Over-the-Counter Pain Medications
Making the Right Choice
We don’t need to visit the doctor every time we want a treatment for pain; there’s an abundance of products to choose from in any pharmacy, grocery store, or even gas station! Being available without a prescription does not guarantee a pill is safe, though. In fact, this easy accessibility increases the risk of incorrect usage and using too much. It is very important to understand how to select the best over-the-counter pain medication for your particular situation, and just as important, to know which ones you should avoid.
Aspirin, derived from willow bark, is the original pain medication. Egyptian writings from as far back as 2000 BC describe it’s use for pain and fever control. It is such an effective anti-inflammatory agent that it is the first medication advised by physicians for some medical problems, such as thyroiditis (inflammation of the thyroid), and phlebitis (inflammation of the veins).
But it’s potent adverse effects limit its usefulness in non-doctor directed scenarios. For instance, if children take aspirin during certain types of viral illness, they can develop a potentially fatal condition called Reye’s Syndrome. Also, aspirin is a potent stomach irritant and a common cause of stomach ulcers. And it is a powerful blood thinner. It is used to prevent heart attacks, strokes, and deep vein thrombosis (leg blood clots). However, this effect is so long acting that surgeons will defer an elective procedure for 2 weeks should a patient have any aspirin in their system.
Acetaminophen, best known as the popular brand Tylenol, is another commonly used and effective medicine for mild-to-moderate pain relief. Unlike aspirin, which can actually reduce the inflammatory response causing the pain, acetaminophen soley works on the uncomfortable symptoms without altering the root cause. The big advantage it has over other pain medications is that it doesn’t bother the stomach. That makes acetaminophen the number one choice for anyone with stomach issues, like ulcers, acid reflux, or even just “a delicate system.” Also, if you need to take something on an empty stomach, this is the best option.
There are two huge downsides to acetaminophen, though. First, it is metabolized through the liver, so anyone with a liver issue should stay away from it. This includes someone looking for a hangover remedy; the stress of alcohol on the liver from the night before dramatically increases the potential for liver toxicity from this medication. Secondly, acetaminophen is a “hidden” ingredient in many other over-the-counter and prescription drugs, so you can exceed the safe dosage of this substance without even knowing it.
Ibuprofen, marketed under the brand names “Advil” and “Motrin,” is another common and effective pain reliever. Like aspirin, it reduces discomfort and any underlying/causative inflammation and so is termed an NSAID (non-steroid anti-inflammatory drug). It’s beneficial effects persist in the body longer than aspirin, and it does not share the risk of Reye’s syndrome, so it is preferred over aspirin in many scenarios. But like aspirin, it can be very irritating to the stomach, and so it should be avoided by anyone with gastritis, ulcers, or acid reflux. Additionally, regular use of ibuprofen can cause kidney damage and blood pressure elevation. This drug should not be taken by anyone with these health conditions without physician direction.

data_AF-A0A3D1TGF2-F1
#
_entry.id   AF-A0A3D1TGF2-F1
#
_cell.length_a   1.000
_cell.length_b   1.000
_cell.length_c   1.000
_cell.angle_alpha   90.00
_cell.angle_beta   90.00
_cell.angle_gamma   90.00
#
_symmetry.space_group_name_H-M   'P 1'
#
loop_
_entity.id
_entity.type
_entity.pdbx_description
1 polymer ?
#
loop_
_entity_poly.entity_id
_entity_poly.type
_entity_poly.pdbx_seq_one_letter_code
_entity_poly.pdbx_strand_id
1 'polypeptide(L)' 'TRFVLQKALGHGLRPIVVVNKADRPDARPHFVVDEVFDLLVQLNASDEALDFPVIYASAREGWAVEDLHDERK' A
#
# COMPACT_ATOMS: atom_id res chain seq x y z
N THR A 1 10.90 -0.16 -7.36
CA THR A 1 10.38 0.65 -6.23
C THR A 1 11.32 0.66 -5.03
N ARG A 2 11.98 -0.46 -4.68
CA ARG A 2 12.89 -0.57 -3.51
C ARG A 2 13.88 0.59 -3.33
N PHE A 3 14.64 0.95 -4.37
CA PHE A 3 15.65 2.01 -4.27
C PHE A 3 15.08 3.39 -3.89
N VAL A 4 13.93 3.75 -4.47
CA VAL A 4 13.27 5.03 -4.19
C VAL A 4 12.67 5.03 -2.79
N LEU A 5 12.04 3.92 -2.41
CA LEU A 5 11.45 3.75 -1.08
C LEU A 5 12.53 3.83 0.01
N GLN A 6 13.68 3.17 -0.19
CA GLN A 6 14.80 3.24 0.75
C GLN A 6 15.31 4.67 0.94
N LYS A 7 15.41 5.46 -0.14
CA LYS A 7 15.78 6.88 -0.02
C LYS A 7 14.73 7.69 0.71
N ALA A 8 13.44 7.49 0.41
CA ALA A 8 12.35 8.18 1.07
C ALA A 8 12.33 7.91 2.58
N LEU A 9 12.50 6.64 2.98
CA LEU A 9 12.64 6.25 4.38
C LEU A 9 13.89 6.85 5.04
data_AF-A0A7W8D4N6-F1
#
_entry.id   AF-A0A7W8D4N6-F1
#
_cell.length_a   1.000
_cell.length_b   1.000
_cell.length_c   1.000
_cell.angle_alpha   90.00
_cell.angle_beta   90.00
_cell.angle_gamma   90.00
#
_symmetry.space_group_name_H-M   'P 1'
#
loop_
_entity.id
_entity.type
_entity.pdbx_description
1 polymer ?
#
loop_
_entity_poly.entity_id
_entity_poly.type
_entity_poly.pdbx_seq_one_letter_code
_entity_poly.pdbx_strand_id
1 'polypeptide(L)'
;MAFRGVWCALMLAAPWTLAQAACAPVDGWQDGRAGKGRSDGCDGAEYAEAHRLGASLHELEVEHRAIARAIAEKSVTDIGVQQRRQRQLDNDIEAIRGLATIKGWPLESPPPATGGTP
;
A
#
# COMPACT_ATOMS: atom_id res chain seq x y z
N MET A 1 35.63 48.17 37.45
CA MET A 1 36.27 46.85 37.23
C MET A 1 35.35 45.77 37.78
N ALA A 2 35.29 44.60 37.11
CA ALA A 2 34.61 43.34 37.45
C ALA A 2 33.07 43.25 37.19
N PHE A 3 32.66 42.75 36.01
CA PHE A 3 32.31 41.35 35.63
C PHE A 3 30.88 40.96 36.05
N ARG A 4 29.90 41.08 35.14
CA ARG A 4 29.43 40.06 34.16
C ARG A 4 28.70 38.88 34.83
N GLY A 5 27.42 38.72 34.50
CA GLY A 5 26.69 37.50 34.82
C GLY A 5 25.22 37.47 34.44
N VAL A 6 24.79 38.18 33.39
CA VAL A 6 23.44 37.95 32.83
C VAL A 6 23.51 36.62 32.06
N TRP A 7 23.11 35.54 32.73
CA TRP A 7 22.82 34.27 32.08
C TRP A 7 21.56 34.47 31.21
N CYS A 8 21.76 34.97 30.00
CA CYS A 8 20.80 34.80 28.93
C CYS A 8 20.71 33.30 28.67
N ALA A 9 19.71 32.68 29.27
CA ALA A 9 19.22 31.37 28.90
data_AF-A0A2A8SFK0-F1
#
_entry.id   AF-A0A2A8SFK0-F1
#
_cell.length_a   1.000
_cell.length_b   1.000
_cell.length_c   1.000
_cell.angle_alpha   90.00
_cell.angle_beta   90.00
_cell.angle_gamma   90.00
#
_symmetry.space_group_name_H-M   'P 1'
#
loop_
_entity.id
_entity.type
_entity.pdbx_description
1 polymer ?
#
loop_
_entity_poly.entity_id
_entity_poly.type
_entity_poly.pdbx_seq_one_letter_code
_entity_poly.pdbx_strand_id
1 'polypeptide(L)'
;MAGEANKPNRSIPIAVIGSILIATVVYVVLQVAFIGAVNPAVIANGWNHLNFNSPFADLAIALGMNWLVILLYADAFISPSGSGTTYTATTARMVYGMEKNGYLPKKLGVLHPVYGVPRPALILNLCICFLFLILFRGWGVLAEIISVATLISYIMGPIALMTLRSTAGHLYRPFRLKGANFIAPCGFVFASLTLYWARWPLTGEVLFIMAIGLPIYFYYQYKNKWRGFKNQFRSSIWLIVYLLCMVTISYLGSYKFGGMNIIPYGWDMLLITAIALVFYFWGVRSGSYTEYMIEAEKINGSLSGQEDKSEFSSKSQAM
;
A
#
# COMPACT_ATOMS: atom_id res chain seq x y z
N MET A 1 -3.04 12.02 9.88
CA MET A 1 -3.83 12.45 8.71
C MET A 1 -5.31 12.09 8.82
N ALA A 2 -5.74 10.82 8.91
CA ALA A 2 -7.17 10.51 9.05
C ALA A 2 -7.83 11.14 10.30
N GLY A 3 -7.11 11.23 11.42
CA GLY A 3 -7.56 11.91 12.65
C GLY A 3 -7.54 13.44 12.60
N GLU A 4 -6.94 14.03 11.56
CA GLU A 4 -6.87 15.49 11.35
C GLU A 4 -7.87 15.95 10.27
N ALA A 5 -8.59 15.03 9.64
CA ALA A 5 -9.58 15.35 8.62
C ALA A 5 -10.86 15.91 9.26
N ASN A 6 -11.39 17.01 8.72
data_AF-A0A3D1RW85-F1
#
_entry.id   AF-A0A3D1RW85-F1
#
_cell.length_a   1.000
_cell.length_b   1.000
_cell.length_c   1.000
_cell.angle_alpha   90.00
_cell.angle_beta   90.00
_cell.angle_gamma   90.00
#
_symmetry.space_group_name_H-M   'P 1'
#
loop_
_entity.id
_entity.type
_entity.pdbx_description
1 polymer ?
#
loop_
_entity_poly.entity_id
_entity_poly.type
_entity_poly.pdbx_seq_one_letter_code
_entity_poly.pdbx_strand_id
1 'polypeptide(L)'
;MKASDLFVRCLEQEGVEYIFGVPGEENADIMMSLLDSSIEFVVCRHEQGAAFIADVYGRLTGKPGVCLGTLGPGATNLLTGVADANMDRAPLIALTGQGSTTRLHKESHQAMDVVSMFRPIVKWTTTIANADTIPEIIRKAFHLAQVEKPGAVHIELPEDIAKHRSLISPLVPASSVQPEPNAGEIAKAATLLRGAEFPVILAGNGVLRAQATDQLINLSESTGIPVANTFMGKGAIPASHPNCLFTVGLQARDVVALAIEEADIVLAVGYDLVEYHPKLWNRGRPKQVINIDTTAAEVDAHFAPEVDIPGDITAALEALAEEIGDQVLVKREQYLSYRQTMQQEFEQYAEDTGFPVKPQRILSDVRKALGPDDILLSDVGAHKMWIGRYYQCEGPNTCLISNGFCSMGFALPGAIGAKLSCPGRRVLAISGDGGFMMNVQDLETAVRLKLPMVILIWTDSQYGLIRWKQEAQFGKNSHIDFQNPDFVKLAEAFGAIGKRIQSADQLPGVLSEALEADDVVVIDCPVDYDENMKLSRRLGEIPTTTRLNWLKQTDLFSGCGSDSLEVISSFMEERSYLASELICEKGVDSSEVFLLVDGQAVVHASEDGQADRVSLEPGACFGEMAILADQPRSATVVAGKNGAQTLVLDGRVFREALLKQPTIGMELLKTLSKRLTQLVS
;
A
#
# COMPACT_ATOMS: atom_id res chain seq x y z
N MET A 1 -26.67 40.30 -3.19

Naproxen, marketed under the brand name “Aleve,” is another NSAID very similar to ibuprofen in its effects and side effects. Its effect in the body lasts even longer than ibuprofen, which may be useful in some situations, but the side effects of upset stomach, kidney irritation, and increased blood pressure limits its safety for long-term use.
Choosing the right pain reliever is even more difficult when you consider that some popular brands have varying or mixed ingredients. Midol, a successful menstrual pain reliever, has one version that contains acetaminophen, another that contains naproxen, and a third that contains ibuprofen! Popular “cold” remedies also have a significant amount of pain relievers in addition to the active ingredients that fight congestions. And Excedrin, a headache medication, typically contains both acetaminophen and aspirin.
Doctors take care selecting the right prescription medicine for their patients. Consumers need to be just as diligent in choosing the right over-the-counter pain medication. Read the ingredients, so you know exactly which chemical you are getting. Anyone with liver problems or recent heavy alcohol use should avoid acetaminophen. Ibuprofen and naproxen, on the other hand, should be avoided by those with stomach, kidney, or blood pressure problems. And aspirin should be reserved for adults. It’s most important role is clot prevention, rather than pain relief. Take great care regarding what you put in your body. It is a magnificent machine!
Patrice Thornton, MD, is a family physician at SVMC Northshire Campus in Manchester Center, VT. The practice is a part of Southwestern Vermont Medical Center. Dr. Thornton is accepting new patients.